Center for Science in the Public Interest

For Immediate Release: February 2, 2009

Integrity in Science Watch

Week of 02/02/2009

Industry Lards Trans Fat Task Force

Health advocates are urging Pennsylvania Gov. Ed Rendell to ignore a report from a food-industry-dominated task force that opposed phasing out artery-clogging trans fat from the food supply. The 37-member Trans Fat Task Force was chaired by Penn State professor Peter Bordi, who directs the university's Center for Food Innovation, a "cooperative research venture between food industry and academia." The center's funders include Dairy Queen, Hershey Foods, Cargill, Nestle, the National Dairy Council and Exxon Mobil. About one-third of the task force membership was affiliated with corporations or industry trade groups, but advocates who had pushed for a Philadelphia phase-out of trans fat were not on the committee.

In a recent study in the Journal of Food Service, Bordi and colleagues said that "industry might consider" phasing out trans fat "to lower heart disease in the American population." But the task force recommended that the state "avoid creating any legislation which prohibits/severely limits the use of artificially produced trans fats in Pennsylvania, as businesses are already working at eliminating them from the food supply."

"The report of this task force might have been credible were it written ten years ago, when the science surrounding trans fat was less certain, and before it was clear how easy it would be for restaurants and food processors to switch to healthier oils," said Center for Science in the Public Interest executive director Michael F. Jacobson. "But it ignores the example of New York City, whose prohibition on using partially hydrogenated oils has proven so successful." Philadelphia, too, is already phasing out the ingredient, and California, Boston, King County (Seattle) and other jurisdictions have passed laws to phase out trans fat from restaurants.

Medicare Compendium Using Pay-to-Play Scheme

The oldest drug compendium that physicians use to bill Medicare for unapproved uses of anti-cancer drugs has adopted a pay-to-play scheme that allows drug companies to pay $50,000 to get an off-label use of a drug reviewed for possible listing, the Wall Street Journal and the New York Times reported last week. The American Hospital Formulary Service Drug Information (AHFS-DI), which is published by the non-profit American Society of Health-System Pharmacists, teamed up with another non-profit, the Foundation for Evidence-Based Medicine (FEBM), to collect the fees as a way of expediting the listing process.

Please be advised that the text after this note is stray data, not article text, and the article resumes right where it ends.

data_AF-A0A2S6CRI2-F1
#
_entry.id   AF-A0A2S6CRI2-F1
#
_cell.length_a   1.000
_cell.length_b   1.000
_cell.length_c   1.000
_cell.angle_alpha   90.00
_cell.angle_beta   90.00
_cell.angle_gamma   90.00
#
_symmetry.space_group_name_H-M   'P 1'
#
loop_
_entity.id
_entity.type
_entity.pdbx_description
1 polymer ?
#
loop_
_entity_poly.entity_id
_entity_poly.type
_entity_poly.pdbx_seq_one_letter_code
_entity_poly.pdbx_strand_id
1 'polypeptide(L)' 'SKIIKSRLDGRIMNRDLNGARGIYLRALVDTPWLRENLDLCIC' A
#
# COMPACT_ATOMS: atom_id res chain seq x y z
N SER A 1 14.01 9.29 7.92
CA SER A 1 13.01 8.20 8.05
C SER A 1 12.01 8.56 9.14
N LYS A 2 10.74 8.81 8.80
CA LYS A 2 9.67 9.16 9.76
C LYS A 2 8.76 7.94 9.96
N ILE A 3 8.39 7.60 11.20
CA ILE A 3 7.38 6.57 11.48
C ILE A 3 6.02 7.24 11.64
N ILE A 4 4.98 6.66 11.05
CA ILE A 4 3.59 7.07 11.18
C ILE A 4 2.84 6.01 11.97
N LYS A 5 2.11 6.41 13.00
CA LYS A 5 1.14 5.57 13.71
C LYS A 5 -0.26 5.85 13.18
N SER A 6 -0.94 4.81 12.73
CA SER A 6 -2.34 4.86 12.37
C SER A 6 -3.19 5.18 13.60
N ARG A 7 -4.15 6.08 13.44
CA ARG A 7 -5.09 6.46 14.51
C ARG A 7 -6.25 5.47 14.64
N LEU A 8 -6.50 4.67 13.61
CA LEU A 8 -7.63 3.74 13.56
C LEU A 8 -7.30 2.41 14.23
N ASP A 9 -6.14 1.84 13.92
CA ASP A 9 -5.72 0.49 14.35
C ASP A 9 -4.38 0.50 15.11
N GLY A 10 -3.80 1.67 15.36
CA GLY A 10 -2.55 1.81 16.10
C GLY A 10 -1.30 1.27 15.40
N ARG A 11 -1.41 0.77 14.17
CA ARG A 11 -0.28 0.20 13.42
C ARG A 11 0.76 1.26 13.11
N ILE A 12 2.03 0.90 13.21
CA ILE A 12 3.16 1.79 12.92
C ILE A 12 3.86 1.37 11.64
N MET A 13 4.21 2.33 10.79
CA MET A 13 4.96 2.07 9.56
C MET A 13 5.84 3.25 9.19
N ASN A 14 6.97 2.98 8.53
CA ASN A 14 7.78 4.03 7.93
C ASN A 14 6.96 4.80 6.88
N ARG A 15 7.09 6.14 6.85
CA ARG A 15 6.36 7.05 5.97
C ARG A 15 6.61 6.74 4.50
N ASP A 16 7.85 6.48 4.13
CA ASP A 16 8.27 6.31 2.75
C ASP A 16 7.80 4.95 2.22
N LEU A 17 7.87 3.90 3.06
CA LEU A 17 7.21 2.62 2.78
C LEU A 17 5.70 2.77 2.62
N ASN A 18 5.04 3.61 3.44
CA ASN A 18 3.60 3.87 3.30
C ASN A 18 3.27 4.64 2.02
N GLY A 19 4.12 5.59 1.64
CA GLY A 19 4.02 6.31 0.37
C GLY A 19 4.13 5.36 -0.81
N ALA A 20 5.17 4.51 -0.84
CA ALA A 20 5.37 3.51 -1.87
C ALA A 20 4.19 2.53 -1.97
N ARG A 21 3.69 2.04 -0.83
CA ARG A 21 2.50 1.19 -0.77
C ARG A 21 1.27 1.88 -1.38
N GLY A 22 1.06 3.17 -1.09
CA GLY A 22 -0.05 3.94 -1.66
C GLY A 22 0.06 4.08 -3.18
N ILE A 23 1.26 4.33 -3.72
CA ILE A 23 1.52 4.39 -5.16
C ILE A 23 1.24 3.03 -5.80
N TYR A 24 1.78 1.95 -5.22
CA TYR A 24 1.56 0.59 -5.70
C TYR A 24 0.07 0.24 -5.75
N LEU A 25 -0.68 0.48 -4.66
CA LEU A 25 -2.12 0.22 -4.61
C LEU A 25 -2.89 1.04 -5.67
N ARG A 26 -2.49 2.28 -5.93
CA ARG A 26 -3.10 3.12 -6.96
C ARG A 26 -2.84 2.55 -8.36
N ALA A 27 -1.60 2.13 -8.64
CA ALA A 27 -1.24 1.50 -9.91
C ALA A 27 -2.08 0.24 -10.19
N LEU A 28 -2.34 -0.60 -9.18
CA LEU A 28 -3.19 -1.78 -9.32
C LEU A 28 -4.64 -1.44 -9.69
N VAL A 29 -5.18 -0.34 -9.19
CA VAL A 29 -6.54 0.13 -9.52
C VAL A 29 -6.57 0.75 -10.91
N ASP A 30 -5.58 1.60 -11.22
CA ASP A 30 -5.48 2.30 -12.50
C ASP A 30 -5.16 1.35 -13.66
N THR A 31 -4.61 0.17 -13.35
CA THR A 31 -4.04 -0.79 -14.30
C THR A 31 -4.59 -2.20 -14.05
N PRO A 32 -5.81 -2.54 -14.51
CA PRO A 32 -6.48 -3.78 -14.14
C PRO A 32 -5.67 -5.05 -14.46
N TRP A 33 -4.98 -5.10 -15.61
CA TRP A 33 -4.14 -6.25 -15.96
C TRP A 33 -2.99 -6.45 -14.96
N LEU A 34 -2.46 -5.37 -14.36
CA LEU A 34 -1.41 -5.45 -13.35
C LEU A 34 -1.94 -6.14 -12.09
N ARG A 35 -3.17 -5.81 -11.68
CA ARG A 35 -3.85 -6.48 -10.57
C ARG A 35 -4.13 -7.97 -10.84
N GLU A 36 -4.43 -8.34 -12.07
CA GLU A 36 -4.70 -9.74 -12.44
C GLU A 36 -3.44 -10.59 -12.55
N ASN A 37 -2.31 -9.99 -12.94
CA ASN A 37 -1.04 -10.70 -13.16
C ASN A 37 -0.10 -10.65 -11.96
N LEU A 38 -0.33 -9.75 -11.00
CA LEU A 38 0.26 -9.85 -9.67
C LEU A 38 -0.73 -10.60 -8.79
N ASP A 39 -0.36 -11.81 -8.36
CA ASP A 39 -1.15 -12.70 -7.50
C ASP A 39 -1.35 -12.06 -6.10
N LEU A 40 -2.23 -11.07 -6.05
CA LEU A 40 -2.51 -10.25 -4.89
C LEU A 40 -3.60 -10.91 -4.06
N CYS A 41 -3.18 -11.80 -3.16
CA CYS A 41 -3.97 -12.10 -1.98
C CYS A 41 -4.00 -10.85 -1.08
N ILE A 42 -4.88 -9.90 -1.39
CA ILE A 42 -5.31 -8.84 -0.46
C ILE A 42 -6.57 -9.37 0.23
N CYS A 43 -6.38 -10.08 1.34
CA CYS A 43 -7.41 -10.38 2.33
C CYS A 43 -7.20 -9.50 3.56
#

FEBM, according to the Journal, is housed in the same suburban Maryland offices as the Association of Community Cancer Centers (ACCC) a non-profit that is partially funded by Amgen, Bristol-Myers Squibb, Eli Lilly, Genentech, GlaxoSmithKline and Roche, which all make drugs used to combat cancer. FEBM and ACCC are also headed by the same person, while the president of FEBM's board of directors is a Washington lobbyist with numerous drug industry clients. The $50,000 pay-to-play scheme was criticized in a draft report written by Duke University researchers for the Agency for Healthcare Research and Quality. The scheme "could place the editors at AHFS in a difficult position" where they "could feel pressured to approve the applicant's request for inclusion in the compendium," the report said.

Interior Ignores Science; Salazar Vows Reform

Documents obtained by Public Employees for Environmental Responsibility reveal that Interior Department officials ignored science when they decided on a Grand Canyon water flow regime that maximizes power generation. Despite spending $100 million on scientific studies that showed the canyon's ecosystem requires periodic high water flows to rebuild its beaches and protect fish habitats, the department's most recent Environmental Assessment rejected that strategy. The steady flow called for by the Environmental Assessment will leave more water behind Glen Canyon Dam, which allows more power generation and lower costs for utilities. Grand Canyon National Park Superintendent Steve Martin blasted the plan because it "will significantly impair Grand Canyon resources ... The mistreatment and disregard of science, the lack of public involvement ... are in conflict with standard [Park Service] management practices," he wrote.